There is also the concept of the big G Game, the social context in which the game is situated and the various types of interactions that occur around the game (Gee, 2008). Very little Big G relatedness is derived from socializing with non-player characters (NPCs) is a motivating aspect of BotW as it helps support the other needs of competence and autonomy. It is required to talk to NPCs at some point, which can be demotivating when you are forced to slog through a long narrative or watch a short montage for a simple clue or item. The required part is front loaded in the introduction to the game as a disguised tutorial. Throughout most of the rest of the game, relatedness is entirely optional, but the game completely supports this in order to retain player motivation, and embracing relatedness gives the player more knowledge and skills.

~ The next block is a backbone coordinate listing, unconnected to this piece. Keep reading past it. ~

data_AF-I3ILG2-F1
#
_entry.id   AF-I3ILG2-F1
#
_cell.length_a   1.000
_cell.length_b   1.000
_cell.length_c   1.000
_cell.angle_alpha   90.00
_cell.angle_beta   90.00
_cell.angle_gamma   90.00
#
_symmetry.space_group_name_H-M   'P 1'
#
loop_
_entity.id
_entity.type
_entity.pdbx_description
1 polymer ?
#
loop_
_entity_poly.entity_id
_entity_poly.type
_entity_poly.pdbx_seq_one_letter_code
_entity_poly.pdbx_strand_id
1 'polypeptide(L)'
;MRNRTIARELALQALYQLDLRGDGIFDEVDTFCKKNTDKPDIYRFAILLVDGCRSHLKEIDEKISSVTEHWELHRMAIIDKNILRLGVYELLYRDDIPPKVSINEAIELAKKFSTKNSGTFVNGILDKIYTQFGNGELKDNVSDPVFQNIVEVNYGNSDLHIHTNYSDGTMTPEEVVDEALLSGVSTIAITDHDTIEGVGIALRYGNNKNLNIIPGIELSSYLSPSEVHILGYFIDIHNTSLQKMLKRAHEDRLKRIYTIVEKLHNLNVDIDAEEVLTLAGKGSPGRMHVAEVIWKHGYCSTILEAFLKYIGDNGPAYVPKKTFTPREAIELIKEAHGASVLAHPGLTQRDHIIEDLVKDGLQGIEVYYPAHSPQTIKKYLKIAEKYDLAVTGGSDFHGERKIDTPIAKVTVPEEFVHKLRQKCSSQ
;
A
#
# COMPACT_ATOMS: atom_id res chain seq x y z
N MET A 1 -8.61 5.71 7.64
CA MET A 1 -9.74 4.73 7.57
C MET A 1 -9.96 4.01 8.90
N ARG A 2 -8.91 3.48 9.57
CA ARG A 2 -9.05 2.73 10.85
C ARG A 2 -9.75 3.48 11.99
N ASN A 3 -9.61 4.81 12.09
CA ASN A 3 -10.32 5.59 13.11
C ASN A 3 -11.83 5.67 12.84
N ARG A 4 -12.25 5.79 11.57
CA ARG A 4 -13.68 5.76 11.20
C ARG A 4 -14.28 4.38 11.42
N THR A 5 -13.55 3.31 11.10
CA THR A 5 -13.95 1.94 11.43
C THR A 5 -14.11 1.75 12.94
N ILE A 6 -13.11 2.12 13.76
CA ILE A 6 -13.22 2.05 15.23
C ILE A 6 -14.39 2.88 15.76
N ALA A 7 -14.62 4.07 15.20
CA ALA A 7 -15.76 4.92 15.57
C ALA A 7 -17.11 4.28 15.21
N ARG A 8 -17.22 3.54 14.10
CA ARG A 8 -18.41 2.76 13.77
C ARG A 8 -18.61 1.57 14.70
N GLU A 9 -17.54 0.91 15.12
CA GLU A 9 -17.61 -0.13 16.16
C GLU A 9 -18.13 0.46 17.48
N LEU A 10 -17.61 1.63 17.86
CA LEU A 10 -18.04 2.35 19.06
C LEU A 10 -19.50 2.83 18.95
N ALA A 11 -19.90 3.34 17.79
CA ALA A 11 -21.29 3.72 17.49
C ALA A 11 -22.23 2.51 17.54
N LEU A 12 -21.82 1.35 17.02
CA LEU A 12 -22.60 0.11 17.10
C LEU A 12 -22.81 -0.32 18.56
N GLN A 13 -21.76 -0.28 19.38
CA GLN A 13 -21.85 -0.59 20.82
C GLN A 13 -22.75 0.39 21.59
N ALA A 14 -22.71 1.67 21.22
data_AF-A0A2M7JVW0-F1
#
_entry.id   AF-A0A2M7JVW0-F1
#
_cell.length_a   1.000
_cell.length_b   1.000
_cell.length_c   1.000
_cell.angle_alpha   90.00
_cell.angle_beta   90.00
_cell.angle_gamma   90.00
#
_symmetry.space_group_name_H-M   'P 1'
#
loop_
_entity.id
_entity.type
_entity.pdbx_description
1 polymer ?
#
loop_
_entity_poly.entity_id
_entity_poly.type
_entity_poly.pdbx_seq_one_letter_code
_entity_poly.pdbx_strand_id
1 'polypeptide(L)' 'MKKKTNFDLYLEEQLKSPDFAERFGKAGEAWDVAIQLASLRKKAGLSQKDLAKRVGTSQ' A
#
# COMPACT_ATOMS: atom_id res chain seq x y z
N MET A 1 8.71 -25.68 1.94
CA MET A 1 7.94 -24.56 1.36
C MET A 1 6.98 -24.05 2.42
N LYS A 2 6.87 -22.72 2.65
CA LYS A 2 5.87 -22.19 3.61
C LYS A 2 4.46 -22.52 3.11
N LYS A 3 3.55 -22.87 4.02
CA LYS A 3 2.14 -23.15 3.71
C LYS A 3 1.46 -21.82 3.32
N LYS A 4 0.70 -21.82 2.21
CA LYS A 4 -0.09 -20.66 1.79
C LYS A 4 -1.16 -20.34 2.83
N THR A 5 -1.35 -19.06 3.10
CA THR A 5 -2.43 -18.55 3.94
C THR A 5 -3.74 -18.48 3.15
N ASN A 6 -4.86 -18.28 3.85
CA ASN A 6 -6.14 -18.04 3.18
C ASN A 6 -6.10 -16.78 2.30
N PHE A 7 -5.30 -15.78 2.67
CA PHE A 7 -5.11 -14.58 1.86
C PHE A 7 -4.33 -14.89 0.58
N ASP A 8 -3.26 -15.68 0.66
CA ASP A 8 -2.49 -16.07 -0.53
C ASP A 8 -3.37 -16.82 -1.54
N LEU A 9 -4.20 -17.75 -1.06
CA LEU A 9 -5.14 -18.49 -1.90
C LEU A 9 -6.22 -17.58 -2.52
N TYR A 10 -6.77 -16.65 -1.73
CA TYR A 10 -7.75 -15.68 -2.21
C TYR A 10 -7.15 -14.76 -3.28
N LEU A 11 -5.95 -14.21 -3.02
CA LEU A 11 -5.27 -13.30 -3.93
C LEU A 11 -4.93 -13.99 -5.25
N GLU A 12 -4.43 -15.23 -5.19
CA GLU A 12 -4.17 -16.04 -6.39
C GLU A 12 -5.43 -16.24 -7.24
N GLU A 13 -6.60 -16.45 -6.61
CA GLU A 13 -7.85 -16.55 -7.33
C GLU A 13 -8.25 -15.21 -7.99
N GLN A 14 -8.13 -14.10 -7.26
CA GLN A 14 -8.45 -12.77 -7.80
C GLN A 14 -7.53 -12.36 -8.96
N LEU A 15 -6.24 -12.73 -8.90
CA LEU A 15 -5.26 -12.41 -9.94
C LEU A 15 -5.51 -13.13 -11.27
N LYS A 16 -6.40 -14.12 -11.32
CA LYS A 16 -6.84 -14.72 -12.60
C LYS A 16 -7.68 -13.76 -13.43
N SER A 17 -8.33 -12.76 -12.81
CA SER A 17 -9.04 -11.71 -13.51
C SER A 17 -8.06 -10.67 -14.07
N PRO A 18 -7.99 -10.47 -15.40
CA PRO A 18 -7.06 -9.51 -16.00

Given that BotW is a single-player game, the relatedness in making Zelda a big G game experience manifests through speedruns, Reddit discussion boards, Discord channels, Twitch streams, and YouTube channels. They would predominantly share speedruns and creative ways to solve puzzles. While these were engaging, it was often spectator-only, as the skills needed to accomplish any of these tricks in speedrunning were out-of-reach for the casual gamer.

Start video at 8:05

Tears of the Kingdom and Gee’s ‘Big G’ Game

The follow-up to BotW was The Legend of Zelda: Tears of the Kingdom (TotK), which launched in May 2023. Reception to this game was predominantly positive. Some critics ranked it higher than BotW, stating that it made BotW feel like an early version of this game. Conversely, a few ranked it lower, viewing it as a “cheap sequel” or even a “glorified DLC” to BotW with nothing significantly new.